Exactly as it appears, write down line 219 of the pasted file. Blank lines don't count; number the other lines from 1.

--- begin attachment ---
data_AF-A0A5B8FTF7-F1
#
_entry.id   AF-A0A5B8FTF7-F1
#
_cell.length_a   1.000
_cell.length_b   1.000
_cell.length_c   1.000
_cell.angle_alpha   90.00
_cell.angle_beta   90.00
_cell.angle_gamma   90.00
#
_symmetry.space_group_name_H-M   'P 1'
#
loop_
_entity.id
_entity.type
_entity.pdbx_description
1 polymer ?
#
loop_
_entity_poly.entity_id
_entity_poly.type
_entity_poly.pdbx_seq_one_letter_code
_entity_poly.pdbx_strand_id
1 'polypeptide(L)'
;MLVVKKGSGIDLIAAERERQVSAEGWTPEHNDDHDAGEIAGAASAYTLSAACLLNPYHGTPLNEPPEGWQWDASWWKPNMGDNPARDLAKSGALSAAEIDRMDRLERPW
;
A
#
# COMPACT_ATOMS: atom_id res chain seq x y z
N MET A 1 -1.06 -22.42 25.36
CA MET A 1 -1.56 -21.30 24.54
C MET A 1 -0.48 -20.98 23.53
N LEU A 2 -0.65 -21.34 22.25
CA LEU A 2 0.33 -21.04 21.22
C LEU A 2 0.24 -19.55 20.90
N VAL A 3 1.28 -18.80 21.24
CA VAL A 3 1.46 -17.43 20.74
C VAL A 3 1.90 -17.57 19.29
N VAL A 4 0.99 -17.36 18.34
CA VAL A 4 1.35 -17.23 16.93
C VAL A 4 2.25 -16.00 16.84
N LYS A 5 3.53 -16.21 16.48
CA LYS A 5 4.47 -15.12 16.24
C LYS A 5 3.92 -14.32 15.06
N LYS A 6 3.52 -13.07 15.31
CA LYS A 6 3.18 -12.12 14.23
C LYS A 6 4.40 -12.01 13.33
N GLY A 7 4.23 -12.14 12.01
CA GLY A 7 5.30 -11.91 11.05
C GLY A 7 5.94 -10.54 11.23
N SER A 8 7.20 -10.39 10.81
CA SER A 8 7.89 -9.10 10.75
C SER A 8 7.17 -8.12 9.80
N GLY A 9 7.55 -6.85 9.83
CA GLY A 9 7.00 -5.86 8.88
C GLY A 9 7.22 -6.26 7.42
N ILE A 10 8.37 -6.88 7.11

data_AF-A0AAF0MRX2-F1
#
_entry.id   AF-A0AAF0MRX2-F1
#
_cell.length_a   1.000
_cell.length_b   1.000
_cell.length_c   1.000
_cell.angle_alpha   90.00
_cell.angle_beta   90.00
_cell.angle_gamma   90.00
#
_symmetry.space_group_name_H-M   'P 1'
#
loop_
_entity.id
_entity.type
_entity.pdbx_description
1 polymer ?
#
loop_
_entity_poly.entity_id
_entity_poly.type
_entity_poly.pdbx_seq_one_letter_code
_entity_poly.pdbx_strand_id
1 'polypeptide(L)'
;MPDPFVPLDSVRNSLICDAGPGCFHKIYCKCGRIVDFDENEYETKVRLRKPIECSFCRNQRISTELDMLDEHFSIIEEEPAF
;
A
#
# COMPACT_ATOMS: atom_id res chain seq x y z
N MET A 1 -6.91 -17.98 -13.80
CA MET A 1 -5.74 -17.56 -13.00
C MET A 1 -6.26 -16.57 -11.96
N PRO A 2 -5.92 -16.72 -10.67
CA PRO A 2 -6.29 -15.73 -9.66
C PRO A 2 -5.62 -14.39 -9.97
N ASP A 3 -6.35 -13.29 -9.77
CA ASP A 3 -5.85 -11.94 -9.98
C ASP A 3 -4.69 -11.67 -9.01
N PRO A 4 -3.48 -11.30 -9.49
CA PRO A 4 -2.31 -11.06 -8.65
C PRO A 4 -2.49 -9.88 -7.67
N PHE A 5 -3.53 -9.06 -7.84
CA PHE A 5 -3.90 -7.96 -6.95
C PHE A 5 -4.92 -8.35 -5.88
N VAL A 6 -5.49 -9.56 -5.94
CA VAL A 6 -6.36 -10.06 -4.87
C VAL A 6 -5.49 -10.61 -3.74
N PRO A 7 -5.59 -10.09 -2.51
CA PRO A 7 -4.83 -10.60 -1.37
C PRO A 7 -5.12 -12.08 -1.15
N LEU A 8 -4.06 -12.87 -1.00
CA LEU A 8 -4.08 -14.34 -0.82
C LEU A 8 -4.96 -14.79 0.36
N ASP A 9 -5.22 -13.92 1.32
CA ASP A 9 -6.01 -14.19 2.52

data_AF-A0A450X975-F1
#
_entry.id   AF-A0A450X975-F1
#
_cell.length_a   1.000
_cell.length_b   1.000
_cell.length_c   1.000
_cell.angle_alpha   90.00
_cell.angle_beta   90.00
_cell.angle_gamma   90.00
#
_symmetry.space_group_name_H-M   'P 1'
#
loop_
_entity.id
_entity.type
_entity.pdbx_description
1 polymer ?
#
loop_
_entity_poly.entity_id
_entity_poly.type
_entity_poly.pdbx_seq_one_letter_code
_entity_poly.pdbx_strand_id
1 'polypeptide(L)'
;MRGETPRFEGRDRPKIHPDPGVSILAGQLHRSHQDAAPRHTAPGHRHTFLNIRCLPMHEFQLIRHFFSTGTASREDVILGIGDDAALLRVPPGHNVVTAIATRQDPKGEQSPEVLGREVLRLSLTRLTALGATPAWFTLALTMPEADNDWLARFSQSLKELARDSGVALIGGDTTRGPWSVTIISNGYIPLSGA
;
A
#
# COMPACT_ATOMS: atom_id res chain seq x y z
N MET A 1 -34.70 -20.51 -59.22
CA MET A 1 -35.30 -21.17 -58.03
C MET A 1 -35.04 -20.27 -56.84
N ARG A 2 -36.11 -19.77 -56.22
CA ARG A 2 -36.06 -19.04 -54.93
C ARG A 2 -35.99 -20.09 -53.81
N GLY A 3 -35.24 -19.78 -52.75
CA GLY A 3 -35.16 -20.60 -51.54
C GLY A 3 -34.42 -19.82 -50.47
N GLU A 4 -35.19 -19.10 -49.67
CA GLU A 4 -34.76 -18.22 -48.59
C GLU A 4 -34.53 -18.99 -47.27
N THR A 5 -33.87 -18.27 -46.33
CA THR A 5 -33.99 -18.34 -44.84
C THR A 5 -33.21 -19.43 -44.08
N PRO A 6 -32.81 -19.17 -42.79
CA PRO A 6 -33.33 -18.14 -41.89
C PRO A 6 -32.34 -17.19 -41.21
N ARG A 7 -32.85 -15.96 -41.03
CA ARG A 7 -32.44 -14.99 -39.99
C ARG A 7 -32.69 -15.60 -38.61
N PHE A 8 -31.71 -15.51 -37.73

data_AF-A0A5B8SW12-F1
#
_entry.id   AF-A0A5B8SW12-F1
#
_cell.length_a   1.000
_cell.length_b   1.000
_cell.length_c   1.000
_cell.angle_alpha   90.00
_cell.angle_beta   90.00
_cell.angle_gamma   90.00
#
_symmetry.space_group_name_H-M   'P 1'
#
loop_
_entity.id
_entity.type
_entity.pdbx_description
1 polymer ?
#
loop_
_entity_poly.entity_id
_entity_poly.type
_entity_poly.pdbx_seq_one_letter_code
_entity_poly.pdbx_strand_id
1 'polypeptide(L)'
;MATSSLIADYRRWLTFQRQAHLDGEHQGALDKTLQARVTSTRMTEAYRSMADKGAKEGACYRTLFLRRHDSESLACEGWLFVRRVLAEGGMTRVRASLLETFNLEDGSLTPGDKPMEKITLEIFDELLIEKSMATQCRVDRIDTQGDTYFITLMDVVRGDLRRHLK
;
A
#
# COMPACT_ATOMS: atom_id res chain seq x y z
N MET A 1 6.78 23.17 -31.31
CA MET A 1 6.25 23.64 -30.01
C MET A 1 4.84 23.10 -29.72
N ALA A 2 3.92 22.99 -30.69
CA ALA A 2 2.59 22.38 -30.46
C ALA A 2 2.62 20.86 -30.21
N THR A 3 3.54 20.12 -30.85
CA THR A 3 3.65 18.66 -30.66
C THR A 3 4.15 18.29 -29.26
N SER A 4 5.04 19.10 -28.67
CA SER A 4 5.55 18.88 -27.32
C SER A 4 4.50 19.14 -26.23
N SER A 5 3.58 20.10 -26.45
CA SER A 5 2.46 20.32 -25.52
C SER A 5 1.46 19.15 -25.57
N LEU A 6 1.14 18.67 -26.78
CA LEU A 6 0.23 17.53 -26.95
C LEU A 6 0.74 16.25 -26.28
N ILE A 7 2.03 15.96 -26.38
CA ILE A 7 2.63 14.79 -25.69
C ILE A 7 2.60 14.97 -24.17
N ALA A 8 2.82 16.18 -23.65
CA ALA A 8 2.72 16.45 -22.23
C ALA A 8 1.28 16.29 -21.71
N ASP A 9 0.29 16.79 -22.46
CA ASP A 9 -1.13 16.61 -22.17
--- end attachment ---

CA ALA A 8 2.72 16.45 -22.23